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Back Where I Started From

It gives me great pleasure to announce that I’ll be the new editor for the geek blog Topless Robot.

Please find me over there for the foreseeable future.

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Let’s make this image viral, y’all

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The Iron Sheik’s adventures on my toy shelf

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Warp One, Engaged.

No more rants about being single from me, ever. She said yes.

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Fools? Rush In…

The turn the Rush Limbaugh debate has taken is extremely disappointing, as the debate has morphed into something that has absolutely nothing to do with Sandra Fluke’s original testimony. Liberals urge a boycott of his advertisers because he’s sexist, while conservatives rattle off a list of everyone liberal who has ever used a mean word against a right-winger. None of which is to the point.

Sandra Fluke made the argument that a private university health-insurance plan (PRIVATE, not taxpayer-funded) ought to cover birth control pills, and used as her example a friend who needed them to treat ovarian cysts. She stated that it costs about $1,000 a year ($3,000 for three years), which is an undue burden. She didn’t talk about her own sex life.

In some quarters on the right, this argument somehow became Fluke wanting $3,000 worth of free condoms. Others looked into prices for ortho-tricycline, and found that there are big-box stores that sell it for around $10. Reasonably, they’ve asked how that’s a burden.

Here’s how: not every pill works for every woman. I speak to this as one who has purchased many different varieties for my own girlfriend (who gave me permission to discuss her case, because this whole incident has turned here vehemently against the Republican party). In her case, the hormonal balance in basic birth control (which, BTW, in Burbank costs $35 without insurance, $10 with) had side-effects ranging from dramatic moodswings to bursting ovarian cysts, which I am told feel like getting kicked in the crotch, and risk endangering one’s future fertility. We’ve had to try a variety of different pills, including some that cost $85 a month even with insurance. Multiply that by 12 and you’re already over $1000 for the year.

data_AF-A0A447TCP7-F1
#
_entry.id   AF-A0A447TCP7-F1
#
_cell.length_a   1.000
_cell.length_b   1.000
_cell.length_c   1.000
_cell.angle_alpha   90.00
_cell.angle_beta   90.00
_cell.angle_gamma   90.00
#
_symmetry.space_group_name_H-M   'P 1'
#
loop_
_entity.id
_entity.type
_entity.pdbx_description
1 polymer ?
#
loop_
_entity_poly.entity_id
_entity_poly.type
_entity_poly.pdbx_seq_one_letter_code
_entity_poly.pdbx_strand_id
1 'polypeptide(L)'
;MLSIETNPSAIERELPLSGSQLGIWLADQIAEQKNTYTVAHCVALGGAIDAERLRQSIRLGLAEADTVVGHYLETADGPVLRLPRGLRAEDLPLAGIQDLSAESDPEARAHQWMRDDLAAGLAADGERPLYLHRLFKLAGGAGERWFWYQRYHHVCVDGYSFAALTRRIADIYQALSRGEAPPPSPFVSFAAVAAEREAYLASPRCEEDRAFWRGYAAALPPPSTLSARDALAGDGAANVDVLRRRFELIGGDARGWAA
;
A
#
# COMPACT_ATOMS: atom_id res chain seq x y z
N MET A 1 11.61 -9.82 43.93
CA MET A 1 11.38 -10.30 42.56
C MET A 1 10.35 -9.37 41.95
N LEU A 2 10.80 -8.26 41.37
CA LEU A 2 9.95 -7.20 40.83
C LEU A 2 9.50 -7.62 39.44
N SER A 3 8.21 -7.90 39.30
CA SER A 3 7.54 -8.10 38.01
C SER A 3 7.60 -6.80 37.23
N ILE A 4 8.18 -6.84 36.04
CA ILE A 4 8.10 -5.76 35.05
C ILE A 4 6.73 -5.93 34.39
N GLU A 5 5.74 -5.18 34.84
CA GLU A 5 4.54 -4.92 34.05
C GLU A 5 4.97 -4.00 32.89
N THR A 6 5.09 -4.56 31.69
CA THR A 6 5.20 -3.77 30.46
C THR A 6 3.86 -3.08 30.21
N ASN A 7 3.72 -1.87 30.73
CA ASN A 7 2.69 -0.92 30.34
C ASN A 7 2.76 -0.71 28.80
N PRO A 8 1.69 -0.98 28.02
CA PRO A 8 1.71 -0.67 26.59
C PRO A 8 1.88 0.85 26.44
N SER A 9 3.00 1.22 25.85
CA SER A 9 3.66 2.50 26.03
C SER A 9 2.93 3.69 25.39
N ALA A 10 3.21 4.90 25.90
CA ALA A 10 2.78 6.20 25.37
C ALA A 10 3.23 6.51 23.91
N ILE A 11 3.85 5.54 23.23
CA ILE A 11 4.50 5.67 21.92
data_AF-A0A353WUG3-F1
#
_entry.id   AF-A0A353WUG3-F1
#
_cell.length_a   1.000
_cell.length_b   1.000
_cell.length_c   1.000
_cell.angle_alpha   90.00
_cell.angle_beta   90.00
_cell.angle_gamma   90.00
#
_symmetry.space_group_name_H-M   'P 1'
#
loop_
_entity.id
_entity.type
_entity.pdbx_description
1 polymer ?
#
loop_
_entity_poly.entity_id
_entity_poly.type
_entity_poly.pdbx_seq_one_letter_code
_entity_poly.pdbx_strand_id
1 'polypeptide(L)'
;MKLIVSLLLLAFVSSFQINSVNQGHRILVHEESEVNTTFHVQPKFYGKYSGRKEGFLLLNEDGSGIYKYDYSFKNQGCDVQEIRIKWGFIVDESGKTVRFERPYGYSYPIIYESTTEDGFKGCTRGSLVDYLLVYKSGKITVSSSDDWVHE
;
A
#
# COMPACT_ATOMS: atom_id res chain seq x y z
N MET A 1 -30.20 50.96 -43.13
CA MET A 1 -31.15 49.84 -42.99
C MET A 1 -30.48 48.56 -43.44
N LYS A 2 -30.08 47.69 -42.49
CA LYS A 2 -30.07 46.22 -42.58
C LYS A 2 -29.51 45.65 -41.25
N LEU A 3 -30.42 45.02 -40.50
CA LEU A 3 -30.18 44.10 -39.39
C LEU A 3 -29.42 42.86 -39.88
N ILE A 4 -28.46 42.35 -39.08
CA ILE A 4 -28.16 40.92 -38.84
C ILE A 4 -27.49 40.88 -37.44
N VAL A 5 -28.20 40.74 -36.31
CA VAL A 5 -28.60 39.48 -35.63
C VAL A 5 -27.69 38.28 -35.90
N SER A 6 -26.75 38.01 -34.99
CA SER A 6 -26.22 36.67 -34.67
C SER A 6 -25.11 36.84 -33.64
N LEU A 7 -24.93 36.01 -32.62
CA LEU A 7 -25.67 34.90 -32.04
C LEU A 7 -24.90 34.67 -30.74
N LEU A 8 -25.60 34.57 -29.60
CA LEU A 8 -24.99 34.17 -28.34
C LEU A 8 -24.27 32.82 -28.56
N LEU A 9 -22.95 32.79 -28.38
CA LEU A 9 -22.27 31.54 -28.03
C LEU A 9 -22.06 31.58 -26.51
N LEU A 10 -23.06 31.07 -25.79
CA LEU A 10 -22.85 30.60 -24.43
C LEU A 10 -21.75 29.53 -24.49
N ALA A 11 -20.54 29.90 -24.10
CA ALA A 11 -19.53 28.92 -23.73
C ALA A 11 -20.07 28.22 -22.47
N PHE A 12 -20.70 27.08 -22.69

Another argument being made is the hardcore Catholic belief that contraception equals abortion, due to the idea that life begins at conception, as opposed to when the egg embeds in the uterine wall, which is when it’s medically defined as a pregnancy. This has allowed some frame the debate as one over abortion; meanwhile, studies show that 98% of Catholic women in this country have used the pill. Freedom of religion? If you go down that route, next up will be Jehovah’s Witness employers refusing to pay for insurance that allows blood transfusions, Muslim employers refusing to pay for insurance plans that allow female doctors to treat males…you can argue that employers shouldn’t ever pay for health insurance at all, but even if you could magically separate it, we’d have the same argument over what people of faith who happen to run insurance companies can do, with the end result being less coverage. And then, guess what? Everybody goes to the emergency room, where your tax dollars go toward all that stuff you don’t approve of anyhow.

The biggest hypocrites in all this are Limbaugh’s advertisers. This is a man who made a name for himself using the word “feminazi,” which inherently equates those who want equal pay for equal work with history’s most notorious mass murderers. Suddenly they’re shocked that he called someone a slut? Really? Listen, I used to call George W. Bush “President Fucky McFucknuts.” When you talk politics, you get heated. Names are called.